I am surrounded by a sea of shapes, twisting and pirouetting through a tangle of vines. As I leave them behind, I approach a room of boxes that suddenly come together into stairs and platforms. I dash up them, then dance through a field of floating globes, ever closer to my goal.
Bound is a dancing platformer / art world on the PlayStation 4. It was created by a small Polish developer named Plastic, working with Sony’s Santa Monica Studios. It is a platformer, where you run and jump through a landscape, looking for the way forward to the end. Here, though, through motion capture, the protagonist is a dancer who moves with grace, who not only does the running and jumping with beautiful agility, but also has a dancing button to move through tangles of vines, overgrowth of plants, and other obstacles.
Gameplay wise, it is pretty standard platforming stuff from the last 20 years, though the dancing mechanics add some variety. What really makes Bound different though, is its world. The game starts as a pregnant woman walks onto a beach, then gazes out at the waves. You then go to a surreal world in her mind. You are on floating platforms made of squares, a sea of white cubes undulating far below.
Level by level, you encounter more surreal uses of shapes and colors, chaotic rooms and twisting floors. Particles float everywhere, landmarks fly around, and levels spiral through the air. The geometry shakes and breaks as you gracefully move. There are towering monsters throughout the game that may attack you or attack one another, more overwhelming presences in an unreal landscape. It all helps offset the repetition of the gameplay.
This place of shapes and memories and chaos is one of the most gorgeous locales for a game I’ve ever seen and it is amazing to traverse it in virtual reality. Dancing through this artistic construction is a unique experience, like discovering what the mind of a person obsessed with art and plagued with conflict would really be like.
The camera does not update often, at times staying where it is just long enough so that you watch from a distance as the dancer crosses a series of platforms, just further emphasizing the world she is in. You can adjust the camera using the right analog on the controller, and discover an enlightening new angle on this wondrous space.
As the story unfolds, you realize the the frantic fantasy world you’re experiencing is tied to important or traumatic moments from her childhood. She is literally journeying through the chaotic metaphor of her upbringing, trying to find peace with her parents before she becomes one herself. It is wonderfully told through moments of fragmented memory between the platforming levels. And the glimpses of her calmly taking it all in at the soothing beach stand as a stark contrast to the geometrical madness of her mind.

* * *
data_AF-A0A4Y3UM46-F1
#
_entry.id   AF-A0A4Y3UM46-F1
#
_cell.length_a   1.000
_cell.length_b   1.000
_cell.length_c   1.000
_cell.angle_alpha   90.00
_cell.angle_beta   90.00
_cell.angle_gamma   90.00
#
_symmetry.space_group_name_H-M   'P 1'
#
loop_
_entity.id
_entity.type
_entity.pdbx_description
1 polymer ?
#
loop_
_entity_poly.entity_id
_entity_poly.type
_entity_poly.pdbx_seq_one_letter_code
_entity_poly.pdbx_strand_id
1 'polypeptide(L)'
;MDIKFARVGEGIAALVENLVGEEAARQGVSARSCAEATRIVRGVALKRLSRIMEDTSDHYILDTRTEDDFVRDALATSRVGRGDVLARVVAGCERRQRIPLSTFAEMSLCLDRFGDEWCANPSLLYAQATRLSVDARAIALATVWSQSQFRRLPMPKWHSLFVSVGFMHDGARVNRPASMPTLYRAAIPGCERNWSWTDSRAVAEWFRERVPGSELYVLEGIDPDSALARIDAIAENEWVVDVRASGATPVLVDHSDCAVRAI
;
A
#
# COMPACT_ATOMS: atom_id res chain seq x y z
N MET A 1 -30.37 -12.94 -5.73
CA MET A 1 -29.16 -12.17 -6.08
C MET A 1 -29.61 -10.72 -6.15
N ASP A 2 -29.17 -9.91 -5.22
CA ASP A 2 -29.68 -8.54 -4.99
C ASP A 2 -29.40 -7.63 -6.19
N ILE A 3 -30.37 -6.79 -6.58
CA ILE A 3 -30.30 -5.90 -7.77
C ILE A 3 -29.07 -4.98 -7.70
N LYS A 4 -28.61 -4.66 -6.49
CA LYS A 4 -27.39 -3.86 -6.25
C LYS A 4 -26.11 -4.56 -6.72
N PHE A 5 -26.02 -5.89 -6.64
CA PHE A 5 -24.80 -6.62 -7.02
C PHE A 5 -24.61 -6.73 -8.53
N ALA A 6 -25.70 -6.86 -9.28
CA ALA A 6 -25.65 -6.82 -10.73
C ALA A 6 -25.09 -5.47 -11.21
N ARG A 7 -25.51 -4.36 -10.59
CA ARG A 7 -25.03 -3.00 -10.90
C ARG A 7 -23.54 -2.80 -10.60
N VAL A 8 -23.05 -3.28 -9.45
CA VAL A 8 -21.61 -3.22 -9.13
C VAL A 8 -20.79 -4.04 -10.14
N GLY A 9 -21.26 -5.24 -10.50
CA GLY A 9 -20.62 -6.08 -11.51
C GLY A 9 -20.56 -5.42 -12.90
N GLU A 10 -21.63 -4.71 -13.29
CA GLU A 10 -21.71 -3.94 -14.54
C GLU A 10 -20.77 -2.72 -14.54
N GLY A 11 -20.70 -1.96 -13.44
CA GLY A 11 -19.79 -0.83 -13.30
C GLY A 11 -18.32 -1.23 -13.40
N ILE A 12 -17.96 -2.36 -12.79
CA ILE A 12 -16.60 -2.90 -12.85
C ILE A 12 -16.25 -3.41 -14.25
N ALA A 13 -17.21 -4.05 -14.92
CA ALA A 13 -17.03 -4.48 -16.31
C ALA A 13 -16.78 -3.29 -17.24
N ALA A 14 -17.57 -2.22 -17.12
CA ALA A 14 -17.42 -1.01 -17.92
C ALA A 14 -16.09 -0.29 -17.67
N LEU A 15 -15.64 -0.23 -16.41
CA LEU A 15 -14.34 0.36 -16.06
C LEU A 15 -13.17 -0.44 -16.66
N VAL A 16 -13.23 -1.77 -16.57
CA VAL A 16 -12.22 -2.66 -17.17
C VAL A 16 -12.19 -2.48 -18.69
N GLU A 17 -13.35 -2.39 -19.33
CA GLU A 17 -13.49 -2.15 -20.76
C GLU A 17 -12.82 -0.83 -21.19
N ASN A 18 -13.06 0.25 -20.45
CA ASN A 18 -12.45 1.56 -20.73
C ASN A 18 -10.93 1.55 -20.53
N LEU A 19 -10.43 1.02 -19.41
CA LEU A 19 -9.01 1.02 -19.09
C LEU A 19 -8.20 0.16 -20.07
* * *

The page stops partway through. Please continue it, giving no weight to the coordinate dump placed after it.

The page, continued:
The core gameplay, the running through spaces and jumping along platforms, finding elevators or ladders or ropes to climb, is enhanced greatly by virtual reality. Having a real sense of the three-dimensionality of space and the scale of the surreal world elevates the basic gameplay. And since it doesn’t use the PlayStation Move nor the motion controls of the Dual Shock, the PlayStation VR has no issues in tracking your head movement. You are there, looking around an unbelievable space.
Plastic provided a few features that supplement the gameplay. There is a photo mode where users can capture and modify images of this gorgeous game. The levels themselves have optional sections. A Speedrun mode unlocks when you finish the game, which has various settings to play with. You can even play the levels in a random order, changing up how you experience the story.
Bound can be played in 2D outside of VR as well. In fact, that switch creates a powerful juxtaposition that sums up virtual reality perfectly. The game loads up and you see this flat, distant image of the dancer sitting and waiting to move. When you toggle virtual reality on, this flat image is gone and this world of chaotic geometry surrounds you. The flat dancer is now tangibly there before you. You can lean in to look over her from other angles. You are not just gazing at a world that is distant. You are inside it.
Interestingly enough, this game was originally released on PlayStation 4 back in August. With the release of PS VR however, the game has been updated to use the headset’s unique properties — and what a difference that makes. After finishing the game, I went back to try it in 2D and it felt like going back to play a game made in the dark ages. There is a visceral loss when I experienced it on a flat screen from yards away. Anyone who tried Bound back then simply played a game rather than experienced a dream world of shape and movement. It is a profound contrast.
The fact that the game was updated for PlayStation VR does open a world of possibilities. Will other games get the same treatment? There are countless titles that would be made more amazing and immersive by virtual reality, imaginative titles like Journey or Unfinished Swan.
There have been games that had some basic VR support on the PCs, often only with the Oculus Rift development kits, that could use full VR releases on PS4, such as Alien: Isolation or the The Witness. So many games could have a second life on PS VR. So it is that much more impressive that Bound is the first to do this and succeeds so well in virtual reality.